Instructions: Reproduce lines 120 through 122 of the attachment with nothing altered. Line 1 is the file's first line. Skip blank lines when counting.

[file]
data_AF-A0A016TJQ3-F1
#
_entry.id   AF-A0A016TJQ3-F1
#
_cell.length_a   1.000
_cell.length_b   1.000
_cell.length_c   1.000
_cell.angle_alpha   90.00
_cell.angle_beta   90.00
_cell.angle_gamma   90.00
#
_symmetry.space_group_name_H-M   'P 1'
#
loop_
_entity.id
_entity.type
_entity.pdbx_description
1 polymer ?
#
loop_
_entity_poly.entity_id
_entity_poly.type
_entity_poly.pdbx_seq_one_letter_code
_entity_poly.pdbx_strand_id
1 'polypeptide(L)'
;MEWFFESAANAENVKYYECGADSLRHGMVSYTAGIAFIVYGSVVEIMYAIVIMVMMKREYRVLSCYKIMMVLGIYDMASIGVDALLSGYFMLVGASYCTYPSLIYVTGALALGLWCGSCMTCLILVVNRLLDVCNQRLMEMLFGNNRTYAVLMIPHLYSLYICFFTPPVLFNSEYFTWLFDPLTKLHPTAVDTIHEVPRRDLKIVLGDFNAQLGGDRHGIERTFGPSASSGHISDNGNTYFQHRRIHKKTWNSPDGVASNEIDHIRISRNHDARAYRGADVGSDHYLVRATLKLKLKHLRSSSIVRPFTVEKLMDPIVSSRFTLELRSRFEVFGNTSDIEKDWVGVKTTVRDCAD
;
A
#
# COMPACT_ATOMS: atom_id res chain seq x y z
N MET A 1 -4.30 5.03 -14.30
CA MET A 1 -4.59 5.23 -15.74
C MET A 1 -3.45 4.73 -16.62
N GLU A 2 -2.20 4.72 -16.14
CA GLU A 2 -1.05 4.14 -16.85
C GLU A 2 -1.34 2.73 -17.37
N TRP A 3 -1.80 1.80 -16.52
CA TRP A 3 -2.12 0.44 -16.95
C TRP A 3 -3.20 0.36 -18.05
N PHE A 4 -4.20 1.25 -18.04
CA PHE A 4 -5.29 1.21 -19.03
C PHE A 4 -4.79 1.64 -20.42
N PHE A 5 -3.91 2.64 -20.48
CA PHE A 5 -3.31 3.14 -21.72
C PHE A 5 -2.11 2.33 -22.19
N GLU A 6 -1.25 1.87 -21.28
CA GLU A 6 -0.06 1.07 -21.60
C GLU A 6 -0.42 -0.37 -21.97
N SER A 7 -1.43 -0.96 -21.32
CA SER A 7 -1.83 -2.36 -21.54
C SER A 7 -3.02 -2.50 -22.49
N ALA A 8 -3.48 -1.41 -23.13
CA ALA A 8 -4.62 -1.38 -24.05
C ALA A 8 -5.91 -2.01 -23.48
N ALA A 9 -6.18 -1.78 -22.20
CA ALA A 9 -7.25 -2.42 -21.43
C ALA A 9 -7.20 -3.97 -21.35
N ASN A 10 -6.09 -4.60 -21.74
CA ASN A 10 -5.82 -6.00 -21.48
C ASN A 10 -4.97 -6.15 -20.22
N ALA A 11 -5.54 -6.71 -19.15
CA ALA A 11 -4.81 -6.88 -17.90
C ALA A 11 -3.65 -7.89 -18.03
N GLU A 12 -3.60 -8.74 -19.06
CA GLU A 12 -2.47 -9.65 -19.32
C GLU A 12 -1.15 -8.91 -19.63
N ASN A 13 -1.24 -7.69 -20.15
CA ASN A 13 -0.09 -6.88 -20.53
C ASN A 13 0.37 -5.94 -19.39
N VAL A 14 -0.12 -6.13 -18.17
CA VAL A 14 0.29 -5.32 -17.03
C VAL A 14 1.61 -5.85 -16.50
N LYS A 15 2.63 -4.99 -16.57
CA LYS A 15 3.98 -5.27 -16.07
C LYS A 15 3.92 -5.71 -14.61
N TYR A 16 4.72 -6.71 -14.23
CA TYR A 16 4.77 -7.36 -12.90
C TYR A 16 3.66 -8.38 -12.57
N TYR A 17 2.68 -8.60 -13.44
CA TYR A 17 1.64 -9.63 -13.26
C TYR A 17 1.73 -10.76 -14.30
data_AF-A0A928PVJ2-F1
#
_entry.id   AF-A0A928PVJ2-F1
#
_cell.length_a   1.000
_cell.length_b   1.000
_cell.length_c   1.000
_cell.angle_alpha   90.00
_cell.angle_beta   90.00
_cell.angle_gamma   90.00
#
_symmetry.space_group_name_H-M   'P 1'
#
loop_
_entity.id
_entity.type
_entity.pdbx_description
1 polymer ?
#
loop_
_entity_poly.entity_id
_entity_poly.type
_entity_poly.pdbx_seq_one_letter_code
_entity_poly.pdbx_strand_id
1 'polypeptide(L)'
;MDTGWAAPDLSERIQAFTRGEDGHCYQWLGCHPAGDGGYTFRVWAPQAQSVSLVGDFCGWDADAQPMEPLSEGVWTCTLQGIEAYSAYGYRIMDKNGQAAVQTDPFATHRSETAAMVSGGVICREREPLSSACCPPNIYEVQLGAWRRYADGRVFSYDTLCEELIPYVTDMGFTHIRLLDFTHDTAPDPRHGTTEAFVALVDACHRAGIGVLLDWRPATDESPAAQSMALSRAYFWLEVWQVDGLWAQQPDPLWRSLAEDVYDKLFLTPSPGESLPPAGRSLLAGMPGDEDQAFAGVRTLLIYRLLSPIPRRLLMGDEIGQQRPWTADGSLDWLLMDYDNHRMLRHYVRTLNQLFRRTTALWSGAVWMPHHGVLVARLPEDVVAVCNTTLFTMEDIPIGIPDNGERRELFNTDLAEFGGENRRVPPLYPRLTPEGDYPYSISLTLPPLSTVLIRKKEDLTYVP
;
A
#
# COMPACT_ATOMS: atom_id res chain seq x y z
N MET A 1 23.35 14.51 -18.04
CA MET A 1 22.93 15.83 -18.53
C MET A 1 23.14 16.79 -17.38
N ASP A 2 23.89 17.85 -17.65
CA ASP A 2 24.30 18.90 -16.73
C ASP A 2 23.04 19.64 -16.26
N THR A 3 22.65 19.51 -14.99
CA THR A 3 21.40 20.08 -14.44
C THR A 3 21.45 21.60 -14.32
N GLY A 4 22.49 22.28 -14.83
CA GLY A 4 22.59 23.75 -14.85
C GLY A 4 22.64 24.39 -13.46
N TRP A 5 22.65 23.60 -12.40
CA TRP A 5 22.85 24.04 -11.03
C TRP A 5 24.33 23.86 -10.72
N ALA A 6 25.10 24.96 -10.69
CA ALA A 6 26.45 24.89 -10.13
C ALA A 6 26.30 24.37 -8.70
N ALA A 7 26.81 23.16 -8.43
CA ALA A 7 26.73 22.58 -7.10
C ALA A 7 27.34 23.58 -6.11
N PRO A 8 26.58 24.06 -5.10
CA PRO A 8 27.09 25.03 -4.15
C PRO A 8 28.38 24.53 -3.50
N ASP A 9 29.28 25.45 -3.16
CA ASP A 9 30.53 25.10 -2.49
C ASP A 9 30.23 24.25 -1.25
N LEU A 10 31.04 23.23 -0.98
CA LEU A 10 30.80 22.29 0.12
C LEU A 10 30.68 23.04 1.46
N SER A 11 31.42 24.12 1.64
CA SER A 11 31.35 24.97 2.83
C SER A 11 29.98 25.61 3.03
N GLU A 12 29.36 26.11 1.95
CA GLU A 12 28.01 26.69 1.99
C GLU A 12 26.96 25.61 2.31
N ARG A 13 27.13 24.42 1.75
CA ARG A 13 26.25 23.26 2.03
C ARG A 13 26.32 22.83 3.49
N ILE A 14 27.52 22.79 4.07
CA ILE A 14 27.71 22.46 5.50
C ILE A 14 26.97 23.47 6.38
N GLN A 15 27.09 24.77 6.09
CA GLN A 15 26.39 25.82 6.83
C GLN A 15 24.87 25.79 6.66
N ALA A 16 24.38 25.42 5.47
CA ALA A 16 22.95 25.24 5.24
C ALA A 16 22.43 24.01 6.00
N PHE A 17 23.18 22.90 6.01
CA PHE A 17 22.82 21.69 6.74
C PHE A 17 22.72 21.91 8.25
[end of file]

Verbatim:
C THR A 3 21.45 21.60 -14.32
N GLY A 4 22.49 22.28 -14.83
CA GLY A 4 22.59 23.75 -14.85